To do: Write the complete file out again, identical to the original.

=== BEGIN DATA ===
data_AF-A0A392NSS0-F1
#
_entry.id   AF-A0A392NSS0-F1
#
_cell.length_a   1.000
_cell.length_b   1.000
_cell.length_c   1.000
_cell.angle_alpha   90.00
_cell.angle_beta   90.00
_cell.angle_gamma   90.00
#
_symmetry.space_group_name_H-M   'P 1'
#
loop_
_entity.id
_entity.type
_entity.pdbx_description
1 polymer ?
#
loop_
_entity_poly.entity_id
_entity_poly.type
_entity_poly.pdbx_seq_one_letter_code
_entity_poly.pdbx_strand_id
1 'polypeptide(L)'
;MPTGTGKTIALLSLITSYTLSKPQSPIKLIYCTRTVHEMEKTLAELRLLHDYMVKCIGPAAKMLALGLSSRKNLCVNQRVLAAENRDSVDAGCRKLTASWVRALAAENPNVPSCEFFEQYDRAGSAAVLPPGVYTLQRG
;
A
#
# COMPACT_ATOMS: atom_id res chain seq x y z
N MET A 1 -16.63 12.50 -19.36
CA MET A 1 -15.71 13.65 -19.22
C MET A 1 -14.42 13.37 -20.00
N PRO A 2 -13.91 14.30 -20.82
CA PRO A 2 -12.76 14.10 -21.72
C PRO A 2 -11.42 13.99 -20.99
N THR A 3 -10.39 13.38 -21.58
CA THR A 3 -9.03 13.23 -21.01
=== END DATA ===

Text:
data_AF-A0A392NSS0-F1
#
_entry.id   AF-A0A392NSS0-F1
#
_cell.length_a   1.000
_cell.length_b   1.000
_cell.length_c   1.000
_cell.angle_alpha   90.00
_cell.angle_beta   90.00
_cell.angle_gamma   90.00
#
_symmetry.space_group_name_H-M   'P 1'
#
loop_
_entity.id
_entity.type
_entity.pdbx_description
1 polymer ?
#
loop_
_entity_poly.entity_id
_entity_poly.type
_entity_poly.pdbx_seq_one_letter_code
_entity_poly.pdbx_strand_id
1 'polypeptide(L)'
;MPTGTGKTIALLSLITSYTLSKPQSPIKLIYCTRTVHEMEKTLAELRLLHDYMVKCIGPAAKMLALGLSSRKNLCVNQRVLAAENRDSVDAGCRKLTASWVRALAAENPNVPSCEFFEQYDRAGSAAVLPPGVYTLQRG
;
A
#
# COMPACT_ATOMS: atom_id res chain seq x y z
N MET A 1 -16.63 12.50 -19.36
CA MET A 1 -15.71 13.65 -19.22
C MET A 1 -14.42 13.37 -20.00
N PRO A 2 -13.91 14.30 -20.82
CA PRO A 2 -12.76 14.10 -21.72
C PRO A 2 -11.42 13.99 -20.99
N THR A 3 -10.39 13.38 -21.58
CA THR A 3 -9.03 13.23 -21.01